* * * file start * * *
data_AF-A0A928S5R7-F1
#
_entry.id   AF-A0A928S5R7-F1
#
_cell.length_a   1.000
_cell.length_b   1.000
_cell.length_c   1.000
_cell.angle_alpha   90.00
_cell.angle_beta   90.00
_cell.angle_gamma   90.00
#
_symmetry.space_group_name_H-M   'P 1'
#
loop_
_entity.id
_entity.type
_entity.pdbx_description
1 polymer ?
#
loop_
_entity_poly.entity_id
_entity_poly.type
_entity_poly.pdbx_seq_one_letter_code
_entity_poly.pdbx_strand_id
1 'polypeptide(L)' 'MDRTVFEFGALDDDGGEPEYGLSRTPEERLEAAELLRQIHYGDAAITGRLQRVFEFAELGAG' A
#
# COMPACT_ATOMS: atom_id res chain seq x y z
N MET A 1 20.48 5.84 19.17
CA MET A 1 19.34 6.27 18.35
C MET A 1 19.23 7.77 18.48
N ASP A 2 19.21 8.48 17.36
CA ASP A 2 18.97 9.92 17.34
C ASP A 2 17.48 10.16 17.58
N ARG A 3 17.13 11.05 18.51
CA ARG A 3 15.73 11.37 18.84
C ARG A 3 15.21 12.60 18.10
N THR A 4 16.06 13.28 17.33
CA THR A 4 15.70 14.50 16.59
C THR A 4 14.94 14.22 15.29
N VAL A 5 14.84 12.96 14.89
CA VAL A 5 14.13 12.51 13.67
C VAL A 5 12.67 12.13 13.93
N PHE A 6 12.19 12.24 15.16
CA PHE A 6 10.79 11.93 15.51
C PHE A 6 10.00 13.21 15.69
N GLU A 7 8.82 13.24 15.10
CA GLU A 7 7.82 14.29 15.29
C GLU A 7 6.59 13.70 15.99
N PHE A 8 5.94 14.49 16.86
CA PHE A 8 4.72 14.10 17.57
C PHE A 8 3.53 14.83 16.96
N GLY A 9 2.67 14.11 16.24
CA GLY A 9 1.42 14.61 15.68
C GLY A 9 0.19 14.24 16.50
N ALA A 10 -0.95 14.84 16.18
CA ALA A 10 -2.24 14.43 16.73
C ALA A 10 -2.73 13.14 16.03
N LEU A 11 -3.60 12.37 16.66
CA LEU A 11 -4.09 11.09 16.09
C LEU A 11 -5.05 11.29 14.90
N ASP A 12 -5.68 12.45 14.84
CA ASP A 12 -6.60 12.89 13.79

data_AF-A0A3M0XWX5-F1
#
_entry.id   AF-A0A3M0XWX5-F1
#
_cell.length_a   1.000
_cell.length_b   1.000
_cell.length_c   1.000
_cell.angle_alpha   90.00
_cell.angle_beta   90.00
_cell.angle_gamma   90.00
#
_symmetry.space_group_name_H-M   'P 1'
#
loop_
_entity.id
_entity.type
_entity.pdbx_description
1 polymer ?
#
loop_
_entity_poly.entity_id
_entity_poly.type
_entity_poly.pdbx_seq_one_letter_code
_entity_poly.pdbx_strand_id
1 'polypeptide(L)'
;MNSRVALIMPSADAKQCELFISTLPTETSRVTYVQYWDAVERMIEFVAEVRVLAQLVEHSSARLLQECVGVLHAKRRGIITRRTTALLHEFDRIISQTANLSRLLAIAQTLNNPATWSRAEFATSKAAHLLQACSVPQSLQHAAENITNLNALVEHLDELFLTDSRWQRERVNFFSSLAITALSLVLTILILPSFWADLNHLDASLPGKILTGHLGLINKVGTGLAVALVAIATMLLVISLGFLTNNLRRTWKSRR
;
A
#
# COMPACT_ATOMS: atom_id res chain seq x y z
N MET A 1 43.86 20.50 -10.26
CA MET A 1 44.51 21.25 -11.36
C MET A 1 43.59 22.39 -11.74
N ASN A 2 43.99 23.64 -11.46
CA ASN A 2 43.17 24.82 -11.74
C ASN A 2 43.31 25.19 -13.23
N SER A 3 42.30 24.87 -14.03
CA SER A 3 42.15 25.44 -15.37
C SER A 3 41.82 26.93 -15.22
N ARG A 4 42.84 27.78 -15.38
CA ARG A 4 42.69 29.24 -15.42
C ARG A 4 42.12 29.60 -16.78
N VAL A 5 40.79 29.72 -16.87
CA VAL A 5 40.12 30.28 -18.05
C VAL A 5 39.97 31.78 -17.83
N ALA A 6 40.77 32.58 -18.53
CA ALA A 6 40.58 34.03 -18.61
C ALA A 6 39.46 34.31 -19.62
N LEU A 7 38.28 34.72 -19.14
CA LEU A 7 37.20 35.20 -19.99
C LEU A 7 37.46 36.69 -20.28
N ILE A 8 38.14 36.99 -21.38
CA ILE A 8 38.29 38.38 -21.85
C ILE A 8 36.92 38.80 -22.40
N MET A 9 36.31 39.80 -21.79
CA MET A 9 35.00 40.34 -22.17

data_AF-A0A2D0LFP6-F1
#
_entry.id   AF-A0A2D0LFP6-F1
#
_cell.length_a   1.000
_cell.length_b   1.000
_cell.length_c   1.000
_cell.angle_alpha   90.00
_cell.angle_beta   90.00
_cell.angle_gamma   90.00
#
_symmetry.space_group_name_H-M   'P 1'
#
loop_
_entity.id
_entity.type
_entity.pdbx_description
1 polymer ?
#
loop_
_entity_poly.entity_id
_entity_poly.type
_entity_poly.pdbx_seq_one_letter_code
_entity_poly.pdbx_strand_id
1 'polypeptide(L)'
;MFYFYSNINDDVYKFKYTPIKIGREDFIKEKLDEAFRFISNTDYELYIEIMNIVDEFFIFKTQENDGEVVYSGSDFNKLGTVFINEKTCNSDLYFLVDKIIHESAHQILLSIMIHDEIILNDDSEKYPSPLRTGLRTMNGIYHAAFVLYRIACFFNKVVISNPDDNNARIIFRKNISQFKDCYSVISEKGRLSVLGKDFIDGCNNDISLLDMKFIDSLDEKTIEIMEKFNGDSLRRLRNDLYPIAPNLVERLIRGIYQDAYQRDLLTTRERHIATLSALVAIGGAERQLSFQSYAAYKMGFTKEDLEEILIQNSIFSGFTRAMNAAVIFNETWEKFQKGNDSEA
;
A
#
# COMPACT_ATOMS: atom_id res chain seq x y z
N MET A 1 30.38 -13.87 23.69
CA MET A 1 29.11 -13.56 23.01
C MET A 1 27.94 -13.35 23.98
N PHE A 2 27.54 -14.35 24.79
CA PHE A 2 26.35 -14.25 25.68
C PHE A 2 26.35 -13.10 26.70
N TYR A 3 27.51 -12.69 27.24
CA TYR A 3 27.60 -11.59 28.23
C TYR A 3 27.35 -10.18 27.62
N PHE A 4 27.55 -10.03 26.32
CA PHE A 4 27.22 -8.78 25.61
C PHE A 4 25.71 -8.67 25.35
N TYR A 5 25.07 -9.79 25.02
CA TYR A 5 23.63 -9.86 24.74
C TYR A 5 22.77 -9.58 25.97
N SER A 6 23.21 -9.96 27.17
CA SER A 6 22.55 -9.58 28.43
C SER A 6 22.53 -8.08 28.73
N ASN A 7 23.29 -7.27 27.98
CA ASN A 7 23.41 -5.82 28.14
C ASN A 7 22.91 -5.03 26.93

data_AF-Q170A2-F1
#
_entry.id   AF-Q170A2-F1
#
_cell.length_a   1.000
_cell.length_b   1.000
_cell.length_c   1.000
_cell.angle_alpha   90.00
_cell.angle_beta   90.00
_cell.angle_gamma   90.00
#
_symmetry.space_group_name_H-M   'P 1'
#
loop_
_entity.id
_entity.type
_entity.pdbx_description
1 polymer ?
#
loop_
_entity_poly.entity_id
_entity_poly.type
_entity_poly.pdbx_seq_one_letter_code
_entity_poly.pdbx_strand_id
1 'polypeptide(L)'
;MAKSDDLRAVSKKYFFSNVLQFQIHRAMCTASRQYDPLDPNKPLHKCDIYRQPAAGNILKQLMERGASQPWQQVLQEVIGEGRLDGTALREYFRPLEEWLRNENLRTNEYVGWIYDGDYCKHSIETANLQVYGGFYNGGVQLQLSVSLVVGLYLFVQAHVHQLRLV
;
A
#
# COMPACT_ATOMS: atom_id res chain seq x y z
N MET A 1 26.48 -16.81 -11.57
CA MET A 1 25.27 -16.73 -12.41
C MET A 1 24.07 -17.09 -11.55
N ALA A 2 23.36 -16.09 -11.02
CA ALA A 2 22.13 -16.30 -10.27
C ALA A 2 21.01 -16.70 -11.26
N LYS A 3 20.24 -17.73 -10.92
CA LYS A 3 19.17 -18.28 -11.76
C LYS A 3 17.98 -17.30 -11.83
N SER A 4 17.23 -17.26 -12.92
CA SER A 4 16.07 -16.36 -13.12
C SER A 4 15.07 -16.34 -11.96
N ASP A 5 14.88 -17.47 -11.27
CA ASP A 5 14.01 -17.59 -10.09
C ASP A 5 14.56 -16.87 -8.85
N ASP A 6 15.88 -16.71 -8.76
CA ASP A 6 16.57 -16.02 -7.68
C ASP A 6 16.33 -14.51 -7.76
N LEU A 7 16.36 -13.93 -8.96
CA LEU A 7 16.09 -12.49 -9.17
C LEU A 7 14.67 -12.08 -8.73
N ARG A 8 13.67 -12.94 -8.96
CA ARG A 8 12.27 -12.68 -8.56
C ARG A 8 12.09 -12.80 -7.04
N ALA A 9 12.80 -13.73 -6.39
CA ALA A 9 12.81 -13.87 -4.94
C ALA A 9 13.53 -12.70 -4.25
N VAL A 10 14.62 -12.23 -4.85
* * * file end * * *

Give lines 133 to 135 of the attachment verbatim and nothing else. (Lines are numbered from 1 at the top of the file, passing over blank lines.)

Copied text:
_entity.id
_entity.type
_entity.pdbx_description